National security intelligence is information or other data collected, analyzed and disseminated by intelligence agencies (in particular) and done so in the service of these agencies’ primary institutional purpose, at least in liberal democracies. It might be claimed that unlike, for instance, much of the intellectual work conducted in universities, intelligence collection, analysis and dissemination is not an end in itself but rather the means to some further end; that is, the end point of the intelligence process is actionable intelligence, that is intelligence provided to relevant decision makers that is a means to kinetic action. The activities of intelligence collection and analysis are not related to knowledge merely as means to end, but also conceptually. While epistemic actions, including intelligence activity, have knowledge as their constitutive end, kinetic actions, including military activity, do not; rather military activity has the end of winning battles.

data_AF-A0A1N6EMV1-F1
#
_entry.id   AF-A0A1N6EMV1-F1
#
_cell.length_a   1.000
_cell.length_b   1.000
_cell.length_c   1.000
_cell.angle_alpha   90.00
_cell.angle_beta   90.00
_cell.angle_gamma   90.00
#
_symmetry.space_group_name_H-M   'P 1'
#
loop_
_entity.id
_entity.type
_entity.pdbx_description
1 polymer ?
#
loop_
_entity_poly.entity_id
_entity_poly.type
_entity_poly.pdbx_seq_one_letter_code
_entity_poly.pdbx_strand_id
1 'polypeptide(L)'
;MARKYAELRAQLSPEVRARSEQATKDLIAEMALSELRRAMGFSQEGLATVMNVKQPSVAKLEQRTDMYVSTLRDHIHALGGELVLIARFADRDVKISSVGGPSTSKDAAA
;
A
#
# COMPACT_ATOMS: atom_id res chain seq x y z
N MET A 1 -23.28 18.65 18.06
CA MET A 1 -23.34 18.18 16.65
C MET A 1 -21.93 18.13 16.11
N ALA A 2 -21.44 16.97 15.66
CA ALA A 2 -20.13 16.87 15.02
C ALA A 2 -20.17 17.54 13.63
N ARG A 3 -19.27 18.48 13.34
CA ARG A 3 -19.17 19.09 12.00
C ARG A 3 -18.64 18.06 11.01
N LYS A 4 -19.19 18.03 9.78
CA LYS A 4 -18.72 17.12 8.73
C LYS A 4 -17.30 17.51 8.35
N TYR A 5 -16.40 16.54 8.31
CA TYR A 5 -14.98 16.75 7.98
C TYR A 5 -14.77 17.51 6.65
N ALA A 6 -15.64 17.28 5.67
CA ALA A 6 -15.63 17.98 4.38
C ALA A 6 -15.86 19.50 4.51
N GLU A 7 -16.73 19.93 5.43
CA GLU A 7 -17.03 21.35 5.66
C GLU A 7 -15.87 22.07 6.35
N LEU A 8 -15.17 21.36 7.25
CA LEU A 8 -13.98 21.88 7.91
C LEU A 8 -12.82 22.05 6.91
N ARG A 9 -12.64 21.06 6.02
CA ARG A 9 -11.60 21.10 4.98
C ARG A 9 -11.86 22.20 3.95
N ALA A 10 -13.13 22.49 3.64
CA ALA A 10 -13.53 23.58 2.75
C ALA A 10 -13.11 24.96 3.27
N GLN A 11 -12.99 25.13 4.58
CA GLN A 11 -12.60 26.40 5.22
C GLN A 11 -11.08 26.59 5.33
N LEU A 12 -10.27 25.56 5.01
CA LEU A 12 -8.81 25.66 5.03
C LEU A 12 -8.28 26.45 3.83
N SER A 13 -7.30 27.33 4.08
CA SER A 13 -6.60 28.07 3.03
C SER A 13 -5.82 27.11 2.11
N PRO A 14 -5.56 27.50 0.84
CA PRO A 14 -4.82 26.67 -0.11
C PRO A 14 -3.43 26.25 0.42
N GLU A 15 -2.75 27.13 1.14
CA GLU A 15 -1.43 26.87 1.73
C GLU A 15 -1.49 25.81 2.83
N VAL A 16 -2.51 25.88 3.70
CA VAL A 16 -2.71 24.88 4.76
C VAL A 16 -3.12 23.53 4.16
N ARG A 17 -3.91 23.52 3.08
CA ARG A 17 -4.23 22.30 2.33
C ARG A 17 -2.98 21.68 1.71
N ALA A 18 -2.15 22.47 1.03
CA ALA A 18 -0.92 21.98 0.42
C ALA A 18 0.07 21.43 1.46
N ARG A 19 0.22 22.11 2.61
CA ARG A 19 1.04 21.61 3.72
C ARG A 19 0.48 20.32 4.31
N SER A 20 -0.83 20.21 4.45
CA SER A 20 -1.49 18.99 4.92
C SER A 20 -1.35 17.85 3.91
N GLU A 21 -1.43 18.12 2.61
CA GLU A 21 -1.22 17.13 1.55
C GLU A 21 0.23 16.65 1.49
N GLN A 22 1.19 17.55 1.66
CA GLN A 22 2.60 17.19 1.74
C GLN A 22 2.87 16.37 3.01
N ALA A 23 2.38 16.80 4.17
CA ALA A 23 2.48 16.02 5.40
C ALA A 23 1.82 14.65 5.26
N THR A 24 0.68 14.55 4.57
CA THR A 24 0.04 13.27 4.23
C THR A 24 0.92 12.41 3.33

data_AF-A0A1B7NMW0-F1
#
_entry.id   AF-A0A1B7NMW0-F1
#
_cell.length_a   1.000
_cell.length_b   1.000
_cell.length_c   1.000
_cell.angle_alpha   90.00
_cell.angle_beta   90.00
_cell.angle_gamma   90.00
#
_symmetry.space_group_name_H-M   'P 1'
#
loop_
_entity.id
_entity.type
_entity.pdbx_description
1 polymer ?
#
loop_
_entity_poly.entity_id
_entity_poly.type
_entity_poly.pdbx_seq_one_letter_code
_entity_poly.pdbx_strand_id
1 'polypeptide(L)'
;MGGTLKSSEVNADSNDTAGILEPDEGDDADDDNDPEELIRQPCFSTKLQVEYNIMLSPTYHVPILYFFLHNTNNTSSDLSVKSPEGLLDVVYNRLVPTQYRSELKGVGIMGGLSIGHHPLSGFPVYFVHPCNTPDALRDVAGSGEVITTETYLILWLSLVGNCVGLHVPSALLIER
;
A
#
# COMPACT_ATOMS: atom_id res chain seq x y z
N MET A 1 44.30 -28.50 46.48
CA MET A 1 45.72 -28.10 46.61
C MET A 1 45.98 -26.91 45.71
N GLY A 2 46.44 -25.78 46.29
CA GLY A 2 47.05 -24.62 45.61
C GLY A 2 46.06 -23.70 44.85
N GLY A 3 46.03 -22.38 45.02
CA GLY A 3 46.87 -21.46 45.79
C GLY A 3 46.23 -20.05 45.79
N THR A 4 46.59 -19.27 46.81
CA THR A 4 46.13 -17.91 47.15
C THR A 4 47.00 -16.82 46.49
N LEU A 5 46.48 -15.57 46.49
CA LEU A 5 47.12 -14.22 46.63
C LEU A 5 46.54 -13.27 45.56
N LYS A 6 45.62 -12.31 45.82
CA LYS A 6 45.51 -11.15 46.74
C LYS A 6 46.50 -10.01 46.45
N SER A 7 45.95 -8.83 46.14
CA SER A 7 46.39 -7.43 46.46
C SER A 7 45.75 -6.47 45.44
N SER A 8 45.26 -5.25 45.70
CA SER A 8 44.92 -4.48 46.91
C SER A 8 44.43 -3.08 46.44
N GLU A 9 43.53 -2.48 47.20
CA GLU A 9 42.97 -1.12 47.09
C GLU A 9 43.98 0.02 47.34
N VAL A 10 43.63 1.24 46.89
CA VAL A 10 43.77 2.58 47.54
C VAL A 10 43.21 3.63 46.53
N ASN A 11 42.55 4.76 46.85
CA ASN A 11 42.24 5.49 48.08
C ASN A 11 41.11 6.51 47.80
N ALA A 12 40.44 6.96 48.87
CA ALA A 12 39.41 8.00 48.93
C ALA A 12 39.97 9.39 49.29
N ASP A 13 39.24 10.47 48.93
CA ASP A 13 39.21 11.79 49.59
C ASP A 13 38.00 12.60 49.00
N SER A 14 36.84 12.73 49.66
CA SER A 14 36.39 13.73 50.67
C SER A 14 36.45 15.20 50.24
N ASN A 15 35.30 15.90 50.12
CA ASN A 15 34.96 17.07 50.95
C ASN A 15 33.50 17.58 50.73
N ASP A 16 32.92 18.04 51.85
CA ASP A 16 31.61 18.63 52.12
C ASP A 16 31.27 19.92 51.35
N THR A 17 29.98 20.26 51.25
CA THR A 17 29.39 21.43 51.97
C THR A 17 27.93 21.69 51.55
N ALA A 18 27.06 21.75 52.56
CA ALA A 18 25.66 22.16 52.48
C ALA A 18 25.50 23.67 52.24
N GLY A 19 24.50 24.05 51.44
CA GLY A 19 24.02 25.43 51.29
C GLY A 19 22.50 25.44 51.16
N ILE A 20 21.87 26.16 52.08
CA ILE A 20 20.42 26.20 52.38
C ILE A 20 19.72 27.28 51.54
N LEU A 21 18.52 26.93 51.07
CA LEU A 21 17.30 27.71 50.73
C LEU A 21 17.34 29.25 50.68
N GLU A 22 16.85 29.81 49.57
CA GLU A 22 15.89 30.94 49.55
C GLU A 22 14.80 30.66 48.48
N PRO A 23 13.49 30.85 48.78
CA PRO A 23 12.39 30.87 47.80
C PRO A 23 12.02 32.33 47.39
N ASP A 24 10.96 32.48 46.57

|Title of host publication||National security intelligence and ethics|
|Editors||Seumas Miller, Mitt Regan, Patrick F. Walsh|
|Place of Publication||Abingdon, Oxon|
|Number of pages||18|
|ISBN (Print)|| 9780367758318, 9780367758325|
|Publication status||Published - 2022|
|Name||Studies in intelligence|